As long as humans build a robust cislunar civilization, human nature will take it’s course and we will migrate forever.


kurt9 April 15, 2009 at 18:56

So while there’s little doubt that humanity will soon explore and eventually colonize the Moon, Mars and the satellites and asteroids of the outer solar system, sending humans beyond that is impractical for the foreseeable future.

Well, if you go with the O’niell scenario, the Solar System (including the Kuiper belt and whatever lies beyond) certainly offers a lot of room and resources for human expansion, and that’s not a bad thing at all.

John Hunt April 15, 2009 at 19:41

This interesting post brings up a number of important issues. I’d like to suggest that there are five major categories of rationales for interstellar missions:
    1) Scientific,

    2) Experiential,

    3) Economic,

    4) Destiny, and

    5) Survival
Each results in rather different mission designs. Only the Survival argument provides a compelling argument for adequate funding whether public or private.

The scientific motivation is pretty obvious. We want to send a probe in order to expand our knowledge for its own sake. But I would say that this rationale is not very competitive considering all of the science left to do within our own solar system and the advancing exoplanet knowledge based upon observations. The Scientific rationale will largely have to compete with other, much less expensive Sol system science and development missions.

The Experiential rationale is related to the Scientific. First, consider a virtual experience, because it is more of a want than a need then likely it won’t expand the budgetary pie but will have to compete with other priorities. For really accurate simulations, flybys won’t be sufficient. Probes will have to decelerate, land and explore. Again, this rationale will probably compete unfavorably with Sol system science, development, and planetary simulation work. I downloaded Google Earth, played with it for a couple of days and then moved on. I don’t consider sims to be an extremely import part of most people’s lives.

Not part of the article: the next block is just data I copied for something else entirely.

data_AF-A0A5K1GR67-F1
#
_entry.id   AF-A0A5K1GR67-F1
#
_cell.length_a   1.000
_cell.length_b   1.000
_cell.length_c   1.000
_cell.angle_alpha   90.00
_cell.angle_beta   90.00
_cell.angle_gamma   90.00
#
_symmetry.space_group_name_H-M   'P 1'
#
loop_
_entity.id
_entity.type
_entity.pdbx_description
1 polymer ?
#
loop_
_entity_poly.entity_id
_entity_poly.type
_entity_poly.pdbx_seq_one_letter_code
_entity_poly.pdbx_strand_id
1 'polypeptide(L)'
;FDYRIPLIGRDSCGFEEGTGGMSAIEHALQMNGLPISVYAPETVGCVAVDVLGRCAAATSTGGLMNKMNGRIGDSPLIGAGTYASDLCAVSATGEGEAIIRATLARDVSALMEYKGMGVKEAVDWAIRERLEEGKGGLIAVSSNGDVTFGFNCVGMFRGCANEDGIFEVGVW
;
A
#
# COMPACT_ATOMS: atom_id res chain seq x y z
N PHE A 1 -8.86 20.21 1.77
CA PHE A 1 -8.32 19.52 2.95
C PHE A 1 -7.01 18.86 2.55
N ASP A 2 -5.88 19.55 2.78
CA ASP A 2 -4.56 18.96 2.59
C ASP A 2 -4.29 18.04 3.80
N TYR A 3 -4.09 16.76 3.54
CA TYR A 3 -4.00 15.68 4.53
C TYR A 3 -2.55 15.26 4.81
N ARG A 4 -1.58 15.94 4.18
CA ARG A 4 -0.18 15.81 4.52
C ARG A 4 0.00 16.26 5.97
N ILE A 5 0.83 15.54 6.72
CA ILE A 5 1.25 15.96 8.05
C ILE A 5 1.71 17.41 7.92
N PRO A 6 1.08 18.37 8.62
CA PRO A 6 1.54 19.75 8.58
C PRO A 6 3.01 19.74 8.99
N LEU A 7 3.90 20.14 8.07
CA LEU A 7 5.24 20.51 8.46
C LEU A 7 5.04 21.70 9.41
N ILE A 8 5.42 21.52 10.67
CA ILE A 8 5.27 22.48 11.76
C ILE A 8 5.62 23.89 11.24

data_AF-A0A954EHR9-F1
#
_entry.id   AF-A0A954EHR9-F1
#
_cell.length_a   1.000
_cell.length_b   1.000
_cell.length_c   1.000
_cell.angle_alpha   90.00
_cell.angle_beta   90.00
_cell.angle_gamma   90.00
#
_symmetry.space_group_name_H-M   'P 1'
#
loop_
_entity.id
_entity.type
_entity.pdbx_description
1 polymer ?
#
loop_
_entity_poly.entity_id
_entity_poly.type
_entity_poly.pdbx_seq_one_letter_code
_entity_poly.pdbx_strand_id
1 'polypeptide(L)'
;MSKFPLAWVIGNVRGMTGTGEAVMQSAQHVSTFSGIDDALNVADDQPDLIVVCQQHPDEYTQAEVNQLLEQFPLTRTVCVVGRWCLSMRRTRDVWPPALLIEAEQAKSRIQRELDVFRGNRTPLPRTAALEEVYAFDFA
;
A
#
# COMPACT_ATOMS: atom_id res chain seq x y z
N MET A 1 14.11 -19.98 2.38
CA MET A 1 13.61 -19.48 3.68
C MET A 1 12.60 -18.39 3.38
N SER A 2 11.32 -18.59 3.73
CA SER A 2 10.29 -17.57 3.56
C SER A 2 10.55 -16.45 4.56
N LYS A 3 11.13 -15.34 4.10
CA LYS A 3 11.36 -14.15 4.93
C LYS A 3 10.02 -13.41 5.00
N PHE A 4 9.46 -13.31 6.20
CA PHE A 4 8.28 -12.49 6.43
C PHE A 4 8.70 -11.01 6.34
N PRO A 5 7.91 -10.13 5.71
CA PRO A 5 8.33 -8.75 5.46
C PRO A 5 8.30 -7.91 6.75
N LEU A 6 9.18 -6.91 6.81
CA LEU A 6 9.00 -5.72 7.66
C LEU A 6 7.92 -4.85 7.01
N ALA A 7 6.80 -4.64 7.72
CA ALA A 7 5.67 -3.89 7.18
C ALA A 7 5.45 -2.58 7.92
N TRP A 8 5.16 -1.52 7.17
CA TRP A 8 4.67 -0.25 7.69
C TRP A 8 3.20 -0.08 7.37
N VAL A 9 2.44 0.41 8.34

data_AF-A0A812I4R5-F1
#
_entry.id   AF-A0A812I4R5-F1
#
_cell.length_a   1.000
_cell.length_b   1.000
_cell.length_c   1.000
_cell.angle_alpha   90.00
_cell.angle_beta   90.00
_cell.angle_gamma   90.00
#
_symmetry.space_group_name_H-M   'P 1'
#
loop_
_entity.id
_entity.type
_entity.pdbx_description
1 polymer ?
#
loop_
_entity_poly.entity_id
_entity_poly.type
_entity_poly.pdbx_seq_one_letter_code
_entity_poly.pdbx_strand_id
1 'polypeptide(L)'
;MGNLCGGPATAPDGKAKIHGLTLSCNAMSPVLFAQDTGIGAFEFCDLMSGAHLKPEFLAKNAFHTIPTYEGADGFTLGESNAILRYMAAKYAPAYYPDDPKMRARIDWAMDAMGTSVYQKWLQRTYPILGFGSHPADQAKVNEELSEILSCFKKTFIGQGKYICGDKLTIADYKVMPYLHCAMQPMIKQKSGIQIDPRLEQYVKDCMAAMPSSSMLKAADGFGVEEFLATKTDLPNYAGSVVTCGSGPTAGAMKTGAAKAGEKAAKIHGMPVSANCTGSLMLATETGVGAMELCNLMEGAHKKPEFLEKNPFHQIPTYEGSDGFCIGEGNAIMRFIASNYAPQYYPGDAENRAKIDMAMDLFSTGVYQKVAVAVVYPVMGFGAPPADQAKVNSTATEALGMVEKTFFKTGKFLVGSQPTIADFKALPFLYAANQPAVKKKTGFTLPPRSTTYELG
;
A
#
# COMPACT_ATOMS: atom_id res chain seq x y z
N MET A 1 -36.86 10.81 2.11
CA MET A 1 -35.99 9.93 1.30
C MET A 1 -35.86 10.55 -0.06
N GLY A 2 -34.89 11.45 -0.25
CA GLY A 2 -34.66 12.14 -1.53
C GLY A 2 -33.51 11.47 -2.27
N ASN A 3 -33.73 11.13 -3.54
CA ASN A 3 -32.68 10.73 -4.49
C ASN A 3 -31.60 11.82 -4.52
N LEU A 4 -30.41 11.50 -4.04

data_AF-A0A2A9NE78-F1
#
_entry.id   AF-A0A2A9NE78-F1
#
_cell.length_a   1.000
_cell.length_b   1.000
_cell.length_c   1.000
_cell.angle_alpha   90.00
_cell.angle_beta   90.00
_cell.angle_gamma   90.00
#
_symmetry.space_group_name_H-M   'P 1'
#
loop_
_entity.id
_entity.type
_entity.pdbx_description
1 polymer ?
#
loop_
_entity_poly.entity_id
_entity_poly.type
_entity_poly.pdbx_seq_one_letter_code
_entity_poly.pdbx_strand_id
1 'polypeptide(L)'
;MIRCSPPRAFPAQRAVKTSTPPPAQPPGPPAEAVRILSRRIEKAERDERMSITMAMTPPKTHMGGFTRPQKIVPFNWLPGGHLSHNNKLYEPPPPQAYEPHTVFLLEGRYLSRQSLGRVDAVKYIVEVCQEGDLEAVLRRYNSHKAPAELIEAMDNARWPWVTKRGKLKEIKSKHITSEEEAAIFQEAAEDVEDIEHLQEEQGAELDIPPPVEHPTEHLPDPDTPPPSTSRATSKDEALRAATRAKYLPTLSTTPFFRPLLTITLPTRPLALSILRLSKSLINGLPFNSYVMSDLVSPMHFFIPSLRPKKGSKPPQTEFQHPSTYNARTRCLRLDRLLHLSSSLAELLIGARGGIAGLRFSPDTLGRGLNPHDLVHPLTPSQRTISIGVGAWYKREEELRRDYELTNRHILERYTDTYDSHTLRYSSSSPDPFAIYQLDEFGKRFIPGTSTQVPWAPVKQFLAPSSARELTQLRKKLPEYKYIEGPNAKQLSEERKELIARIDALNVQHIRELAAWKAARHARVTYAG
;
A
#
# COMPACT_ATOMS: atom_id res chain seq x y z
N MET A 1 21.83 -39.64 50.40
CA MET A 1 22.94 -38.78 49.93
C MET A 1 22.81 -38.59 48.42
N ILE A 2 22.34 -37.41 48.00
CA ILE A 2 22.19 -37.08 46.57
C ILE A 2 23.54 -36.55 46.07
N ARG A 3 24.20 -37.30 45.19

The second Experiential rationale would be to actually be there. This could be personally or vicariously through an “astronaut”. Although none of us (in this forum) have been to the Moon, I think that we would all say that it was money well spent for “us” to go to the Moon. Whereas this rationale worked in the past I have doubts that making the interstellar equivalent argument will work well currently. It seems logical to first establish a base on the moon, a colony on Mars, then on some moons before attempting to send a human to another star system. So this rationale puts an interstellar mission far into the future.

I’ll continue this line of though with a post tomorrow,


bigdan201 April 15, 2009 at 19:48

one hundred years ago, the russian scientist Tsiolkovsky was coming up with ideas for multi-stage liquid rockets to get to space, space stations, and etc. these ideas probably seemed outlandish at the least to many of his contemporaries, but by the 60s we were flying into space, to the moon, and putting satellites in orbit.

while interstellar distances are vast, technology that would allow us to go various fractions of c are not out of reach, and that would put the closest stars within range. i believe there are nuclear pulse propulsion ideas that would get to .1 c, and other theories that would perform better, up to .3 c.

i agree that sending probes out first would be most prudent, and alot easier when long-distance trips first become more feasible.

eventually civilization will expand into space, first colonizing the solar system, then expanding to the outer solar system, then eventually onto exoplanets (or exomoons around gas giants). the reach of probes will always be ahead of astronauts, but thats fine. the process will take time, but its essential.

Raffaele Antonio Tavani April 16, 2009 at 6:52